Teen Beat

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Teen Beat
Categories Teen, celebrity, music
Frequency Quarterly
Circulation 132,000 (Dec. 1992)[1]
90,000 (Dec. 1993)[1]
Publisher Michael Liben (1985)
First issue August 1967 (1967-August)
Final issue c. 2007
Company Sterling's Magazines (1967–c. 1985)
Macfadden Publications (c. 1985–1998)
Primedia (1998–c. 2007)
Country United States
Language English

Teen Beat was an American magazine geared towards teenaged readers, published from 1967–c. 2007.

Over its history, the magazine had multiple teen idols on its cover, including John Travolta, David Cassidy, Menudo, Michael J. Fox, Debbie Gibson, the Coreys (Feldman and Haim), Molly Ringwald, Tom Cruise, New Kids on the Block, Jonathan Taylor Thomas, Jonathan Brandis, and, more recently, Hanson, Ricky Martin, Leonardo DiCaprio, Backstreet Boys, *NSYNC, Hilary Duff, Michael Jackson, Raven-Symoné, Lindsay Lohan, and many others.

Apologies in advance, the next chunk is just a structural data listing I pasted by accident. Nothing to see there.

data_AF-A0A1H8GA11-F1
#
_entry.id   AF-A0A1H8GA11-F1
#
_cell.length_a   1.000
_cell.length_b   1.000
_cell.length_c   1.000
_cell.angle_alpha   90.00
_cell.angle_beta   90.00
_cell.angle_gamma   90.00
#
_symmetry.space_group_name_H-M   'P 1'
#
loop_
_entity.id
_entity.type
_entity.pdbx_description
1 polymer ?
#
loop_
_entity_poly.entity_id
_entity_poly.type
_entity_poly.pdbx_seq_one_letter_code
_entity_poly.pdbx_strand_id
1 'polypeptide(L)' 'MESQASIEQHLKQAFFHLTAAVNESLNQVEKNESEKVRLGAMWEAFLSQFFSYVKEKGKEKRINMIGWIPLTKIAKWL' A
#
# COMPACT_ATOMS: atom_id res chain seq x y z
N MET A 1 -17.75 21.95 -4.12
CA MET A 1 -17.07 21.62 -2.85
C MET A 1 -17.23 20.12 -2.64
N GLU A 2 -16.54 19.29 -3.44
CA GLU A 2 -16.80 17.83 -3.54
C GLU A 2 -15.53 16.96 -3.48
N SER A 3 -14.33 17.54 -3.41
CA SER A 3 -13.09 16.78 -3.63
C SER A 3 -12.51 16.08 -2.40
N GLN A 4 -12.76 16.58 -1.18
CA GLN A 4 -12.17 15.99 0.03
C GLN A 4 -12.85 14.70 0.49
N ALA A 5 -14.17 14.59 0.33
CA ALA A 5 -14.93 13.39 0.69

Publication history[edit]

First published in August 1967, the magazine was preceded by sister publications 16 Magazine, which debuted in 1956, and Tiger Beat, which was first published in 1965.

Teen Beat was published by Sterling's Magazines from 1967–c. 1985, including a period when it was part of Sterling's Ideal Publishing Company. (Sterling's also published Metal Edge, Metal Maniacs, Country Music Special, and others.) In the mid-1980s, Sterling's 'Ideal teen magazines' Teen Beat, Tiger Beat, Super Teen and Super Teen's Loudmouth were acquired by Macfadden Publications. In 1985 Michael Liben was the publisher of Teen Beat.[citation needed]

The mid-1990s saw a slump in the overall teen magazine market.[1] In 1998, the conglomerate's line of youth music publications was sold off to Primedia. In 2001, after publishing up to twelve magazines each year, Primedia decided to reduce its number of publications to only four magazines per year, deciding to keep 16, Tiger Beat, Teen Beat, and BOP Magazine. In October 2001 the frequency of Teen Beat switched to quarterly.[2]

Teen Beat ceased publishing c. 2007.[citation needed]


  1. ^ a b c Kolbert, Elizabeth. "The Slump in Teen Idoldom," New York Times (August 7, 1994).
  2. ^ Joe Fine (March 1, 2002). "Primedia suspends regular publication of Teen". AdAge. Retrieved December 15, 2015.